BUELL is finally going to make the bikes its founder has always wanted to – full-on, sports bikes.
So far the Buell badge has been standing for grunt-laden bikes which are bags of fun but not quite on the money when it comes to on-the-edge performance. Erik Buell has been keen to take things further and compete with European and Japanese sports bikes.
Buells tuned by American Harley dealer Tilley’s are currently raced in the American Motorcyclist Association (AMA) Pro Thunder series and it is these bikes that will form the basis of the new road bike, US sources say.
The engine on the new bike is expected to be totally new, while keeping the familiar 45-degree V-twin layout of today’s bikes. The racer is thought to be running a prototype version of the motor.
The air-cooled 45 degree V-twin format common to Buell range is likely to stay on the new bike, however the displacement of 1200cc looks set to be reduced to just under 1000cc.
This is because the new engine will be based on technology first used on the 492cc single-cylinder Buell Blast. The new bike will effectively use two of these engines mated together giving a displacement of 984cc with a bore and stroke in each cylinder of 88.9 by 79.4mm. This reduction in stroke will give the bike a far revvier engine than current models – allowing it to produce more power.
Fuel injection is likely to be used due to tough emissions laws in both Europe and America.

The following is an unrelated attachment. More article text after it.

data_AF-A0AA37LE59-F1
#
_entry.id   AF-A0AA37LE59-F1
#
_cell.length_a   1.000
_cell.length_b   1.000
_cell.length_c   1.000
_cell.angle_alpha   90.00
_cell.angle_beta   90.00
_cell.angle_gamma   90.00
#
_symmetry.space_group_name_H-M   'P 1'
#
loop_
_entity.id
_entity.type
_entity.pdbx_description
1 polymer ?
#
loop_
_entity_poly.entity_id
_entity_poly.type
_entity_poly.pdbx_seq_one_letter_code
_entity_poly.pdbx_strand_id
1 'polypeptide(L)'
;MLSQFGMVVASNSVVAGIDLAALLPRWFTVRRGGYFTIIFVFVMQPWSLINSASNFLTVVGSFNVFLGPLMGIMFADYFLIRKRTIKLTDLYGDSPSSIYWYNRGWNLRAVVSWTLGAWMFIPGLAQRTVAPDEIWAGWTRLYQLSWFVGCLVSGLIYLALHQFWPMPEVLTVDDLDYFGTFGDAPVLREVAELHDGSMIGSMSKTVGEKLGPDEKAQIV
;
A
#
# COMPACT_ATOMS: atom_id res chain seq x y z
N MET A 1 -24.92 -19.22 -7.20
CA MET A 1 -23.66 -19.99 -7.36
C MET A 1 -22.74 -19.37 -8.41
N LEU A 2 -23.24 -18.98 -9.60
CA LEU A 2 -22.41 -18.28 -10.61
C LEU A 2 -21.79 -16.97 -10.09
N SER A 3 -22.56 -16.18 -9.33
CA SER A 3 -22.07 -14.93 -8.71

The chassis on the new bike will be developed from the race bike’s frame. Sources are pointing towards Buell keeping the steel trellis construction familiar to their range but making the geometry more sports biased. Front forks are likely to be upside-down Showa units but the rear shock mounted under the engine will be junked in favour of more conventional monoshock and rising rate suspension linkage.
The whole bike will be cloaked in a full fairing – again similar to that used on the racer. In further developments at the Harley-Davidson factory more information on the water-cooled bikes due to debut soon is starting to emerge. They will be officially launched this summer with a limited number available to the public in early 2002. Full production is not due to start until 2003, when an entire range of water-cooled bikes will be launched to celebrate Harley’s centenary.
The 60 degree V-twin engine, which was revealed in MCN early last year, marks a radical departure from Harley’s traditional design of an air-cooled 45 degree V-twin.
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